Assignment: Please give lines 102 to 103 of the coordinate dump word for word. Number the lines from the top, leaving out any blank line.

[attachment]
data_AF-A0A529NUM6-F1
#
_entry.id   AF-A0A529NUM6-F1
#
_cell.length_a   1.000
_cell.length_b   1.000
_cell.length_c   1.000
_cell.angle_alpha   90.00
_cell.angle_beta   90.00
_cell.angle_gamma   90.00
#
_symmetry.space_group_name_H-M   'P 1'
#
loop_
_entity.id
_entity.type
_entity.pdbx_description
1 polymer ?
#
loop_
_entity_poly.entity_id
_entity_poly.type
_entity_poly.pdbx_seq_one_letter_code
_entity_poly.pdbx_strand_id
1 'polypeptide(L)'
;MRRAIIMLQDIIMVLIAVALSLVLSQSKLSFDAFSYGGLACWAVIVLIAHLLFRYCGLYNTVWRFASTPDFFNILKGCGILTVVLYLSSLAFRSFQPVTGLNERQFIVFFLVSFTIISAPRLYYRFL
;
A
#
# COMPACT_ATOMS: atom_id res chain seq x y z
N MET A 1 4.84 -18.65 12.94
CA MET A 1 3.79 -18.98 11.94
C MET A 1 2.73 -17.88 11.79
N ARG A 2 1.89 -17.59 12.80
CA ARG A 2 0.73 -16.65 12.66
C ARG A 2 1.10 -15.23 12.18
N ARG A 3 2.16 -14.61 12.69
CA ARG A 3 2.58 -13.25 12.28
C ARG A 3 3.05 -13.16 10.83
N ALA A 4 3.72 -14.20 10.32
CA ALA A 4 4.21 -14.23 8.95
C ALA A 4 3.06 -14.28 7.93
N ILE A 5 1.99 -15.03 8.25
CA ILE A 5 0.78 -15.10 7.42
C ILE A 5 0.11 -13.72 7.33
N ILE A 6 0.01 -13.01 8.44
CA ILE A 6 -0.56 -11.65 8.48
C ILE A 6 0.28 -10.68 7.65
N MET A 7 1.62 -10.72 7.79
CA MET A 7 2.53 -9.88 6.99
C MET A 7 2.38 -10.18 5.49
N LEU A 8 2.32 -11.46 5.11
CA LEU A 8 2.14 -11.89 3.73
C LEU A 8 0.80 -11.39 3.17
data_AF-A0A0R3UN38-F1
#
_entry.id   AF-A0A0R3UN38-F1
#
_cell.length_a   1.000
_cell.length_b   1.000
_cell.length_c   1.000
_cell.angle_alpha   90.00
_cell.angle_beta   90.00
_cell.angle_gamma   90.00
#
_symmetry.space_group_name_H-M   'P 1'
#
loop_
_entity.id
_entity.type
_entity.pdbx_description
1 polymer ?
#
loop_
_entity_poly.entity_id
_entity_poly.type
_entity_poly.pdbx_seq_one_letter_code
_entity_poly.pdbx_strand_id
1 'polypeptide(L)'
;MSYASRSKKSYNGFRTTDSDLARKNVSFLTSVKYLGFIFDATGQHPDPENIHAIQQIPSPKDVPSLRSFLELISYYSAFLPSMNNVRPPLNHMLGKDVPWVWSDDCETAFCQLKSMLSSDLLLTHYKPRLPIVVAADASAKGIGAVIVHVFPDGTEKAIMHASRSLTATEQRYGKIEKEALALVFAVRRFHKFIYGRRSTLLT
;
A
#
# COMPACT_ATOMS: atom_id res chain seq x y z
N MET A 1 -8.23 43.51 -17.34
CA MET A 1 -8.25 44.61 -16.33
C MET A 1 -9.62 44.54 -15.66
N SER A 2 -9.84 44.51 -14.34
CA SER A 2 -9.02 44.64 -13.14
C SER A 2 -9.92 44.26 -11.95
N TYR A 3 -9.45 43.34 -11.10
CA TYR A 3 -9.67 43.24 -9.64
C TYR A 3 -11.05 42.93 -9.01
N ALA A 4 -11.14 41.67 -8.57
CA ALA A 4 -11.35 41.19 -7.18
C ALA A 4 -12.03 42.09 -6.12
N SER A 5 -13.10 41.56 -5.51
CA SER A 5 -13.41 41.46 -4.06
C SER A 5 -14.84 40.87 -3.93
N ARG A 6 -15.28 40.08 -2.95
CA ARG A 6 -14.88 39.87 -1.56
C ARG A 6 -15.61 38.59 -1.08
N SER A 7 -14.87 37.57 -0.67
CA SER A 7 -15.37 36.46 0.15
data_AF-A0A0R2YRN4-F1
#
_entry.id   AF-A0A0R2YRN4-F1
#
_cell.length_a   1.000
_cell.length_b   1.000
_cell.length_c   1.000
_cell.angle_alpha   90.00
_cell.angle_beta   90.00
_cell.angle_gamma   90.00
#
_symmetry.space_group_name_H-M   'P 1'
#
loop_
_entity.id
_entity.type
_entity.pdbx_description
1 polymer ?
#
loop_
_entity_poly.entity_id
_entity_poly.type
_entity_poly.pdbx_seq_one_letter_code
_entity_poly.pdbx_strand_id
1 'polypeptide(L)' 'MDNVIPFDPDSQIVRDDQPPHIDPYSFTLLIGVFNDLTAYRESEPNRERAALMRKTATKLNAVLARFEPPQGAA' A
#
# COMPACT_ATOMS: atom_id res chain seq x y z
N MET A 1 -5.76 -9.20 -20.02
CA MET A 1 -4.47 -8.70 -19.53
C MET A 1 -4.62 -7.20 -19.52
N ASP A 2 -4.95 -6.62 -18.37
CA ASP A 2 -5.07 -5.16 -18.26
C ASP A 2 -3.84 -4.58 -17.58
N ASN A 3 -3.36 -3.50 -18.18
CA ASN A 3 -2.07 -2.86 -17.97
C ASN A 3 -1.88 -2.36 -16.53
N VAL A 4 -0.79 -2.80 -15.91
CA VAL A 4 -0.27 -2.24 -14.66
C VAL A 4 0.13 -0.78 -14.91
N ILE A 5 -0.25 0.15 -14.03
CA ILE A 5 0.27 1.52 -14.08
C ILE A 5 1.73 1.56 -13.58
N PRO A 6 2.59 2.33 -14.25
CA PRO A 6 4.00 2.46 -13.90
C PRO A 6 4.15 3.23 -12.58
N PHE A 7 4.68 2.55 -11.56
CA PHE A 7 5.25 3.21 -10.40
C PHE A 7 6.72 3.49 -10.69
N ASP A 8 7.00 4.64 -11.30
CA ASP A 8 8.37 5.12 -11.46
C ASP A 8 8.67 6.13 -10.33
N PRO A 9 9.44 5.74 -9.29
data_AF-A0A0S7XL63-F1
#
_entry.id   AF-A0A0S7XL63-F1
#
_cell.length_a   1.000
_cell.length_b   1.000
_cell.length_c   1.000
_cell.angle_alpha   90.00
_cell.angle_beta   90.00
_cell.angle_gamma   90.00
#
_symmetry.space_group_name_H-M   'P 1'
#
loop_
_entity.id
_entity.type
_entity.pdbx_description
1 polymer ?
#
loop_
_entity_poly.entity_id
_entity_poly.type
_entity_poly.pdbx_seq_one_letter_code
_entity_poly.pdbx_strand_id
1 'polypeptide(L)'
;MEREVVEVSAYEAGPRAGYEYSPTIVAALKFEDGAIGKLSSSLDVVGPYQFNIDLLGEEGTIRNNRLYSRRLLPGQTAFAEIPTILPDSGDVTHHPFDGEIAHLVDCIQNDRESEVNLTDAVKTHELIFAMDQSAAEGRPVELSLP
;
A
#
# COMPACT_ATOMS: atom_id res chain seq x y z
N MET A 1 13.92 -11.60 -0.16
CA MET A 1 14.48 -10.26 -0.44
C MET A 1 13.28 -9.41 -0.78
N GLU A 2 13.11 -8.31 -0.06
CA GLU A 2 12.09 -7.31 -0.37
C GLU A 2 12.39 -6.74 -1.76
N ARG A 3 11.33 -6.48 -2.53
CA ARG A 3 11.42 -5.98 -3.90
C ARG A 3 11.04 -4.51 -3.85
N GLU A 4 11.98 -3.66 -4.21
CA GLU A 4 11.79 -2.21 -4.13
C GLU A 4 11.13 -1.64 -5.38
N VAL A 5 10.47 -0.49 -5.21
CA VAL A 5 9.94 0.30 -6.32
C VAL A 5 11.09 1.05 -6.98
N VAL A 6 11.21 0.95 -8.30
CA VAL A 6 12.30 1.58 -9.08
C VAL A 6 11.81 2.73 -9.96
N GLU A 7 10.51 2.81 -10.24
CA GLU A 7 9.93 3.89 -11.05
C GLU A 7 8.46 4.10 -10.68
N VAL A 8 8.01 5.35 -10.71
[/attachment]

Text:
C ARG A 6 -15.61 38.59 -1.08
N SER A 7 -14.87 37.57 -0.67